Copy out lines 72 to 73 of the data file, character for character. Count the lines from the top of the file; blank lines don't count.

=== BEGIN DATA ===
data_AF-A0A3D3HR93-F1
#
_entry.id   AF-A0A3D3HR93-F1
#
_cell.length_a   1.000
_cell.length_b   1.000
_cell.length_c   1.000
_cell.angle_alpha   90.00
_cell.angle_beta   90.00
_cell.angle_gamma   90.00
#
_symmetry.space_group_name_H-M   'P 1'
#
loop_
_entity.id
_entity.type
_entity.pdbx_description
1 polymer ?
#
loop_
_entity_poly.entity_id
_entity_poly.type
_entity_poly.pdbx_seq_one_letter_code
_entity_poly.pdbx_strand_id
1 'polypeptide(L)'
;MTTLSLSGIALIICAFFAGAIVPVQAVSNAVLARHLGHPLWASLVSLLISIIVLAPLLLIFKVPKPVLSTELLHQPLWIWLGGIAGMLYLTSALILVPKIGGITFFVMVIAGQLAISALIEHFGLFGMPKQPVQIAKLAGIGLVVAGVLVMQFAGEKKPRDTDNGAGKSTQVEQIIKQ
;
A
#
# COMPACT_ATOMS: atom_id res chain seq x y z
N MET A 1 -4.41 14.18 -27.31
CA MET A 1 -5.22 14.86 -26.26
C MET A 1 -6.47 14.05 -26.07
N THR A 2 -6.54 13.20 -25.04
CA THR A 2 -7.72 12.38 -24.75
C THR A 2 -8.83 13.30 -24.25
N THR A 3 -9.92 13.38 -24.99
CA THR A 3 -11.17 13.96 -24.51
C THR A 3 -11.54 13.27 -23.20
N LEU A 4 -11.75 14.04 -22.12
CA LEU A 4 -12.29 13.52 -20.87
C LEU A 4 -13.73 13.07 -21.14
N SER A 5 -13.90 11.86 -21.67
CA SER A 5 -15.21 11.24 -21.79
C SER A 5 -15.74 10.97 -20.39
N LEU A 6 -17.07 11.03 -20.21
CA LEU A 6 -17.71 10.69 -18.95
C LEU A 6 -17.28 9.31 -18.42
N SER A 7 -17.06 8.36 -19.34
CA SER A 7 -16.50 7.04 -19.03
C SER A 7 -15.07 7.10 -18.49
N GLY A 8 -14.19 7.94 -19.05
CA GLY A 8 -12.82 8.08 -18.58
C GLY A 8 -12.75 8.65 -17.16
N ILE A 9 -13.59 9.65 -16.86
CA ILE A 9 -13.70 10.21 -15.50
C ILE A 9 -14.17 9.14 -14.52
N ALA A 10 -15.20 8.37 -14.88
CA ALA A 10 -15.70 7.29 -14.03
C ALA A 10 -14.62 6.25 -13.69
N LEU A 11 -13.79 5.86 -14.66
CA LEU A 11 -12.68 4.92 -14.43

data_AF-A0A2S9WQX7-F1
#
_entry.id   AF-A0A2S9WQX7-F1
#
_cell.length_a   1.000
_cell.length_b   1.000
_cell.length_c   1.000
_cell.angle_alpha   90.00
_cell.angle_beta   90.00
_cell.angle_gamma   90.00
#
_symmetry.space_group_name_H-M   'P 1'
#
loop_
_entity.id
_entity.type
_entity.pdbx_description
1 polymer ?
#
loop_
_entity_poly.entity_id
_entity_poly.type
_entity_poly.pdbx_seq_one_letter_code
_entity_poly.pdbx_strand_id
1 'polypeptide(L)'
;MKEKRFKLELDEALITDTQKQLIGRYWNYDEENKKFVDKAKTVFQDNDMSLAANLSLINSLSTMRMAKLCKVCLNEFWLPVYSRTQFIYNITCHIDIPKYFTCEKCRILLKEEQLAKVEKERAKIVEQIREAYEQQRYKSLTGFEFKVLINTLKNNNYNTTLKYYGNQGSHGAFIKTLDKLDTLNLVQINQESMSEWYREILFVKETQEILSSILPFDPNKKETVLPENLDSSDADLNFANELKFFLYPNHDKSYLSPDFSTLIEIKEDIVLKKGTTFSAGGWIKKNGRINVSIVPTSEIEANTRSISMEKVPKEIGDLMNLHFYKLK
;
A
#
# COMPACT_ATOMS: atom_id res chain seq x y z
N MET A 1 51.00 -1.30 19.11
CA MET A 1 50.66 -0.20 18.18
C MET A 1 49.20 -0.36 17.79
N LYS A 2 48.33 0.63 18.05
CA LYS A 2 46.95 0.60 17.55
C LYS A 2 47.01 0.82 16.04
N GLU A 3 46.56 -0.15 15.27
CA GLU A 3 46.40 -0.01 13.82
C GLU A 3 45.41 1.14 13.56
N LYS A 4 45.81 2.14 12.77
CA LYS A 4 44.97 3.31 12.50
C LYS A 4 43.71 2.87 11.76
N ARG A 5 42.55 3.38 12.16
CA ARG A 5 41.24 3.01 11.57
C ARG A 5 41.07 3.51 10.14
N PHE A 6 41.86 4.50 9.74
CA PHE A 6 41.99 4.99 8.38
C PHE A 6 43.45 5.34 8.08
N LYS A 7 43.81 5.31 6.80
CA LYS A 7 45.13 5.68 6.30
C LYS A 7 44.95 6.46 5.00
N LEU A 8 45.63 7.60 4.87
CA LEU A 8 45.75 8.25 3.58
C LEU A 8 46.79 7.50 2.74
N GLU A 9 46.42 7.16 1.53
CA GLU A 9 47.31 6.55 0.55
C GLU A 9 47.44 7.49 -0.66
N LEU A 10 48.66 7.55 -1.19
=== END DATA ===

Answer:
_cell.angle_gamma   90.00
#